Omega History before 1970

Updated: Apr 15


One of the things that make watches to interesting is the history and the stories behind the manufacturers, the watchmakers and of course the watches that have been and continue to be produced by them. When I look at my Omega Speedmaster, I see mid-century car races in Italy, I see 600 million people huddled around their television sets watching Neil Armstrong step on the moon and I see the Apollo 13 astronauts measuring 14 seconds to save their lives. Omega has an incredibly impressive history and I’d like to share just a little bit of it with you.


The beginning of Omega


Omega’s genesis can be traced back to 1848 when the 23-year-old Louis Brandt first opened a small watchmaking workshop in La Chaux-de-Fonds, Switzerland. When Louis set up his workshop his passion for watches, translated into a pursuit of precision, which is something that still remains deeply ingrained in the Company's DNA today. Upon his death in 1879, Louis Brandt was succeeded by his two sons Louis Paul and Cesar. The two brothers moved the family business from La Chaux-de-Fonds to Biel/Bienne. Within three years they created the famous “Labrador” movement and developed the world’s first minute-repeating wristwatch, achievements that began to solidify their place in history.

In 1894, Louis Paul and Cesar released the famous “Omega” calibre, which would of course also later become the name of their company. What made this movement so revolutionary was that it was modular and every component could be replaced without any special modification by a watchmaker. This reduced manufacturing costs, but it also reduced servicing and maintenance costs for Omega customers. Within a short timespan, Omega became Switzerland’s largest manufacturer of finished watches. When we think of mass-produced products today, we often think of them as synonymous with poor quality or with a manufacturer who tries to cut corners, but for Omega, there could have been nothing further from the truth. The company has always found pride in providing high quality, innovative and precise products (In fact, one may argue almost to their demise in the second half of the twentieth century....).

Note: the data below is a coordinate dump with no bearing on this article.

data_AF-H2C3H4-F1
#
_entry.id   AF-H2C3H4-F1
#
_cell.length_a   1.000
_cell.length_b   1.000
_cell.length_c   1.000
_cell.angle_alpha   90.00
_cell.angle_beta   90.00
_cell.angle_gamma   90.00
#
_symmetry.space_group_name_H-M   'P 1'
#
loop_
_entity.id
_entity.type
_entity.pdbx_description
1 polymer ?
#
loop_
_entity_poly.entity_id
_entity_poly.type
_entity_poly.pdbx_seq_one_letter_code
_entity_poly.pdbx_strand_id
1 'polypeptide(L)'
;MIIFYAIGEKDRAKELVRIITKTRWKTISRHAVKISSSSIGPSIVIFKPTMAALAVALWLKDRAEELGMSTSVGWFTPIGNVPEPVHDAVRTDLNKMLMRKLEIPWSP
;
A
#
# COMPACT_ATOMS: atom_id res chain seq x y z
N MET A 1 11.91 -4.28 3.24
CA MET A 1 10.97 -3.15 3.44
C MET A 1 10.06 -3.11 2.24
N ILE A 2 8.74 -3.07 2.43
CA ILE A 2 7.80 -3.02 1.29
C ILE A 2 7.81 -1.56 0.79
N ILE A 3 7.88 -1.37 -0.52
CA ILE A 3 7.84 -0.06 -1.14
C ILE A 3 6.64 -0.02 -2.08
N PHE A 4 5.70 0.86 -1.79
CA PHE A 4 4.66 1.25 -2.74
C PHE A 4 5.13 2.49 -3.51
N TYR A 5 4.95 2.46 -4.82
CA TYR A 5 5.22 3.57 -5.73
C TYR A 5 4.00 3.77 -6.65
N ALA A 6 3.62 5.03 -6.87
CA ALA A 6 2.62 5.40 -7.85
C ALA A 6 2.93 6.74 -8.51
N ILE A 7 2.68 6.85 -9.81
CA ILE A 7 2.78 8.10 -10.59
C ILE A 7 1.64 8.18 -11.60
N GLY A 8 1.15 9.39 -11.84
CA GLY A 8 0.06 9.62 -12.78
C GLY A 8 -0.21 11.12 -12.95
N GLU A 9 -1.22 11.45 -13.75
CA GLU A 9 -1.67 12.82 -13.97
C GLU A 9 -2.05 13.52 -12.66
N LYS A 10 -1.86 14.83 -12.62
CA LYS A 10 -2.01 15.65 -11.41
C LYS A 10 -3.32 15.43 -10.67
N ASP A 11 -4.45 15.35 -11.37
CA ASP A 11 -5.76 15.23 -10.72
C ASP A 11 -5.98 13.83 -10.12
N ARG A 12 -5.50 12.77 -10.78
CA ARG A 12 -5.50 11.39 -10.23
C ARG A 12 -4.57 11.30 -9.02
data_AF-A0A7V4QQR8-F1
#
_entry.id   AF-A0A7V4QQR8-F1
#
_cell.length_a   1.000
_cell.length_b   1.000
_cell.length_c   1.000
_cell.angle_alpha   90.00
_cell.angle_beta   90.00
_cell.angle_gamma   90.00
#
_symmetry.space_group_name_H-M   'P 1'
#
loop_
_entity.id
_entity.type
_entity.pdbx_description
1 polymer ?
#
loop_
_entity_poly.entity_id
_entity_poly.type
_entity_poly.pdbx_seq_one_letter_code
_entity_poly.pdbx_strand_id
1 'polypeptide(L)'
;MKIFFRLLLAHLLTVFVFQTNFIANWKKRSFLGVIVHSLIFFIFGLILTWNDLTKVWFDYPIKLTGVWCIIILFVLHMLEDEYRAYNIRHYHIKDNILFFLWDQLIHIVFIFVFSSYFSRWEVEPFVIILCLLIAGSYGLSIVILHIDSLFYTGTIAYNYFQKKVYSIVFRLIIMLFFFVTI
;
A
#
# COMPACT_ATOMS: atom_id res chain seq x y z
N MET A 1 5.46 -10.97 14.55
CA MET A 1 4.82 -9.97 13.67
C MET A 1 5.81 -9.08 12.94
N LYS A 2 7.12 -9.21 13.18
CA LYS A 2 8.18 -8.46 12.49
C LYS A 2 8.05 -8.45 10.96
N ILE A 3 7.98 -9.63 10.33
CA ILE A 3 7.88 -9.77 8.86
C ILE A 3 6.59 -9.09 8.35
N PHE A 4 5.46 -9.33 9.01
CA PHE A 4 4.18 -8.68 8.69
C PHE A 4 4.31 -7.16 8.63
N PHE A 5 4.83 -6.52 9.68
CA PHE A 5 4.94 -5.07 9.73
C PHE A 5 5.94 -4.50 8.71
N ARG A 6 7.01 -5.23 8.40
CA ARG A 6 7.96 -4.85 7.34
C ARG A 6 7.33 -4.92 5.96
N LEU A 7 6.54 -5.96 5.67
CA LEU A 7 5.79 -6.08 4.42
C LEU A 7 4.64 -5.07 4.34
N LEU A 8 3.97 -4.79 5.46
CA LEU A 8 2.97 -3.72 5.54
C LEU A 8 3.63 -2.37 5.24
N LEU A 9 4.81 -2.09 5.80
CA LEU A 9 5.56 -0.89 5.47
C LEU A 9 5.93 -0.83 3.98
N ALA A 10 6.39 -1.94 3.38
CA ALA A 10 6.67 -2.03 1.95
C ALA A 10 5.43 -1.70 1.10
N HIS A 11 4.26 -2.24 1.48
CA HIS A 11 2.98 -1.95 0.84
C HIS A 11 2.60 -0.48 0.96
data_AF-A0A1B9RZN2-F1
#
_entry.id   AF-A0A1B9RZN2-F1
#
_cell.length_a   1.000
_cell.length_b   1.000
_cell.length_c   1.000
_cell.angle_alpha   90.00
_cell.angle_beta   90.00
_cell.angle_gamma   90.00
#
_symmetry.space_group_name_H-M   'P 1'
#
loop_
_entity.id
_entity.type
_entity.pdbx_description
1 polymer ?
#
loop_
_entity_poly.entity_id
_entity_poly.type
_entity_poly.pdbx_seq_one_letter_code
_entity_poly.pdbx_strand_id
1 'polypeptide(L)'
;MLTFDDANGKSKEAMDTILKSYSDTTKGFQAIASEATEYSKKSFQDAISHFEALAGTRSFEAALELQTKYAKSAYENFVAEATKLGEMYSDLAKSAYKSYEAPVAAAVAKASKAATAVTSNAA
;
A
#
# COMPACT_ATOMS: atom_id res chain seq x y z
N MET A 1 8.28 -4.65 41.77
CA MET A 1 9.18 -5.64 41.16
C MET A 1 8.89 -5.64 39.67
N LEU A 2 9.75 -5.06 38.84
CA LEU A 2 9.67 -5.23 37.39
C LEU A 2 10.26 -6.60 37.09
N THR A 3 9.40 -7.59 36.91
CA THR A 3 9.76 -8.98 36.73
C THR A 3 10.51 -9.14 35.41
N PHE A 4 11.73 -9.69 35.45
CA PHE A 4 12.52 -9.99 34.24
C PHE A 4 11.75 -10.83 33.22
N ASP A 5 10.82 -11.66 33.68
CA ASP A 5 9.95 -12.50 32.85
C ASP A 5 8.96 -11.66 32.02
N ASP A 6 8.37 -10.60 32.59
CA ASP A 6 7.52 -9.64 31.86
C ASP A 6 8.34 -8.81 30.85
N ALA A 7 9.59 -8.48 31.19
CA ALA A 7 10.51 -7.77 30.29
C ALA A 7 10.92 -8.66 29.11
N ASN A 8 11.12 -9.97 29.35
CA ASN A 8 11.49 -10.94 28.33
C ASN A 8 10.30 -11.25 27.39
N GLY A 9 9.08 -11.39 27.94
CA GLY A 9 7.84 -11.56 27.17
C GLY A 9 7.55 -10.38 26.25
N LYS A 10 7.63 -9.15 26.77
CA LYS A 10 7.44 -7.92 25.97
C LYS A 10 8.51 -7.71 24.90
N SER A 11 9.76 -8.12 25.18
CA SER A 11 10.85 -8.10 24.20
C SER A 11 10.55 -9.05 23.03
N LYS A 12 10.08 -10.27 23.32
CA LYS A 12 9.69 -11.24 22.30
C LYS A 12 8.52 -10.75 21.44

Precision and Accuracy Achievements


Geneva Obsevatory on the Constellation case back

During the first half of the 20th century, Omega continued to grow, expanding its distribution channels across six continents by 1909. Throughout this time and even earlier, I think it is important to highlight that Omega’s greatest achievements were in the realm of precision. Consider that the “Omega” movement introduced the combination of winding and time setting via the stem and crown, which how we still operate most mechanical watches today. In 1900 Omega won the Grand Prize at the Universal Exposition in Paris for innovation and an extraordinary line of watches. The level of innovation isn't just a result of good luck, as Omega already dedicated a significant part of its business to research and development as early as 1894. By 1931 Omega became the leader in timekeeping accuracy when the company set precision records in all six trials at the Geneva Observatory. Later, in 1936 Omega set the world precision record at the Kew Observatory, a record that remains unbroken until this day.



Partnerships that have stood the test of time


Astronaut Buzz Aldrin and his Omega Speedmaster

Is it any surprise that Omega became the official timekeeper of the Olympics in 1932, a relationship that has now maintained for 88 years? Omega has built a significant amount of relationships with partners during the 20th and 21st centuries. The company was commissioned as the single largest supplier of watches to the British military and its allies during WWII. In 1965 the legendary Omega Speedmaster beat out its competition to become the official flight-qualified watch of NASA. It was the first watch on the moon and it later played a pivotal role in saving the Apollo 13 flight crew and Omega continues to maintain its relationship with NASA as one of its oldest partners.


As for many other Swiss watch manufacturers, the 1970s proved to be unkind to Omega. Even for the Swiss watch giant, the Quartz crises could have been fatal if not for a certain dive watch and the partnership it created in 1993.



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